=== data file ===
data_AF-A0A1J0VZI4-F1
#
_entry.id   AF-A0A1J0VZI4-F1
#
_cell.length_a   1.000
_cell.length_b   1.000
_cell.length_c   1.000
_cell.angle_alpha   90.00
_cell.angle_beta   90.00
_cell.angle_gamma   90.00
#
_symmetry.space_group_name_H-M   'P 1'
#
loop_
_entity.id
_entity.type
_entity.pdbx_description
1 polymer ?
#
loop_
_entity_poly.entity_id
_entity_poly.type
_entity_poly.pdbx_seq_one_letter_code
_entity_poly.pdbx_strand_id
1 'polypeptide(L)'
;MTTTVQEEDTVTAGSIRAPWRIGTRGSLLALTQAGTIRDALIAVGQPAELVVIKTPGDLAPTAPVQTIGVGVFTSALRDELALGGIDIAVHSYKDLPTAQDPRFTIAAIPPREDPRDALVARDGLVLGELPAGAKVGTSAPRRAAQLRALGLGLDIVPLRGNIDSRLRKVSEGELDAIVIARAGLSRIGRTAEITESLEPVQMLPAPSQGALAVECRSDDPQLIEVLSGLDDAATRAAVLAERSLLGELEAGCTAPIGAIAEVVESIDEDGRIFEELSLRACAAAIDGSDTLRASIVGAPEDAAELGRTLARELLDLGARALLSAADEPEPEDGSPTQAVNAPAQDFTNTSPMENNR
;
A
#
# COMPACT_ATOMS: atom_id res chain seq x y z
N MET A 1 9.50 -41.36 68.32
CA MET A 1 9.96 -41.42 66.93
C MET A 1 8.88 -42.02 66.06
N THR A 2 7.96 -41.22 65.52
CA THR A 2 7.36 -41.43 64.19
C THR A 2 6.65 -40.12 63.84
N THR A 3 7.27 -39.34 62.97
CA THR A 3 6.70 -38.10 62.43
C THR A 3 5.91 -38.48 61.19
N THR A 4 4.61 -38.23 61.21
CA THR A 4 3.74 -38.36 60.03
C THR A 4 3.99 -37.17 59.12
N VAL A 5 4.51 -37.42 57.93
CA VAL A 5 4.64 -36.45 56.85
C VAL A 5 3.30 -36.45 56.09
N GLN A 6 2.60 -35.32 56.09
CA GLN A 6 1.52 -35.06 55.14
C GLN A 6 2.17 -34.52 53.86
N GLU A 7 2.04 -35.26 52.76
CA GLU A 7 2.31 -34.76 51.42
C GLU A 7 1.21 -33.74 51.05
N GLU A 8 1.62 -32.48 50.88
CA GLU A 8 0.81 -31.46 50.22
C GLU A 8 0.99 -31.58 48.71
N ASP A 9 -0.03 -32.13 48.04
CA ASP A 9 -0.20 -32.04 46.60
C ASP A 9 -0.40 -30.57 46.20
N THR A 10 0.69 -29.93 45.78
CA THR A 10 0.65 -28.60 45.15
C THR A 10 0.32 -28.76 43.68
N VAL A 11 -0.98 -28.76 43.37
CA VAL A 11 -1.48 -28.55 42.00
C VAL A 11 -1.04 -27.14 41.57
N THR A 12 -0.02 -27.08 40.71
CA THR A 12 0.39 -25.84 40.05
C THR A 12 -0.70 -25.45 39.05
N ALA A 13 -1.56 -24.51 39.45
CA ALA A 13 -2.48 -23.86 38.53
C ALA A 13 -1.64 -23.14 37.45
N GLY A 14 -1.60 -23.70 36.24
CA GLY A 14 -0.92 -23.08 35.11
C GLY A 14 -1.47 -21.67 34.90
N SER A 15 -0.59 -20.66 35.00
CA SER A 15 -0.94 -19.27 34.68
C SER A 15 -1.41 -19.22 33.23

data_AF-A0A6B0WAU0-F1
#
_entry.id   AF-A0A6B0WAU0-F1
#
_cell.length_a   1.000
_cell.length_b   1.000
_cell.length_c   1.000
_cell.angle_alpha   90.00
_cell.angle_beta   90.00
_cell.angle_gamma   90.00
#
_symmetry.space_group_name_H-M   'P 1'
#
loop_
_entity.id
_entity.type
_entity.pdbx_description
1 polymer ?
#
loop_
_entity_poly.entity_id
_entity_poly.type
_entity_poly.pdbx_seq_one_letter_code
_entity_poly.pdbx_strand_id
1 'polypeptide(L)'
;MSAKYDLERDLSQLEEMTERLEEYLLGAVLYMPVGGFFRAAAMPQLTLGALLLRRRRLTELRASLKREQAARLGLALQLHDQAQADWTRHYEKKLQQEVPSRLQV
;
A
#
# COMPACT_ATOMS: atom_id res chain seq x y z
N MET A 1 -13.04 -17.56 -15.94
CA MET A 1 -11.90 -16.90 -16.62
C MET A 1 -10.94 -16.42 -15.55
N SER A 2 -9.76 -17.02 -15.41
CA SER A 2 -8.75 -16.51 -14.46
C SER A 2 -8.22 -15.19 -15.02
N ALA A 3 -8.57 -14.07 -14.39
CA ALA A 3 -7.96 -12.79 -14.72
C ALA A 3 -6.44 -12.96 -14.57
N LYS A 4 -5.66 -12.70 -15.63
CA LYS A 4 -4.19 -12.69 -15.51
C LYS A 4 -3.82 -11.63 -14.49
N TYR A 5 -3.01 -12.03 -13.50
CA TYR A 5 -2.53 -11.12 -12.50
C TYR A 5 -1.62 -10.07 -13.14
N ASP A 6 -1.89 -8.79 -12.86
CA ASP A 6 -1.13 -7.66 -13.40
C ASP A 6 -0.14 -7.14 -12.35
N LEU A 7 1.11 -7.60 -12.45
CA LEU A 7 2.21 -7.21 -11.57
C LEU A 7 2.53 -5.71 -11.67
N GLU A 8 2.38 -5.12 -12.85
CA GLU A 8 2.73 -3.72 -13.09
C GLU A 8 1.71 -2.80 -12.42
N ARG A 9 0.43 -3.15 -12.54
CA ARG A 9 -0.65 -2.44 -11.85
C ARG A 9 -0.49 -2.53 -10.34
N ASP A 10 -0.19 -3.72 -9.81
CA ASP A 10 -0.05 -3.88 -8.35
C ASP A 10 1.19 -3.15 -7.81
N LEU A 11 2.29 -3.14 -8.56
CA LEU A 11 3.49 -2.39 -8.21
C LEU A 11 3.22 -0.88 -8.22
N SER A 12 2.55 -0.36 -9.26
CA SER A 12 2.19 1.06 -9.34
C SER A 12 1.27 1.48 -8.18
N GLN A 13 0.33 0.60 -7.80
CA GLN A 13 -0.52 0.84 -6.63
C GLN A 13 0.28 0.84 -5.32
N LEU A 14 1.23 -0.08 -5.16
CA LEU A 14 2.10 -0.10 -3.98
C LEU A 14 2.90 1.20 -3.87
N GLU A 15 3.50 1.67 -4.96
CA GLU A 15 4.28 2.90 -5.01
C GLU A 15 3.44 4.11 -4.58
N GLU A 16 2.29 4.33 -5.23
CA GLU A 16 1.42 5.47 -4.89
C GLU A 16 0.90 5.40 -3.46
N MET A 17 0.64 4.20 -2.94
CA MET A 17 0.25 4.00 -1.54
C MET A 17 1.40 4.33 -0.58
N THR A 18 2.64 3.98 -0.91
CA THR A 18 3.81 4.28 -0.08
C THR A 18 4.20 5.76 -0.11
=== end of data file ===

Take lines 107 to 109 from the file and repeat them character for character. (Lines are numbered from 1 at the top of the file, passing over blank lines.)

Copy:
CA MET A 1 -11.90 -16.90 -16.62
C MET A 1 -10.94 -16.42 -15.55
N SER A 2 -9.76 -17.02 -15.41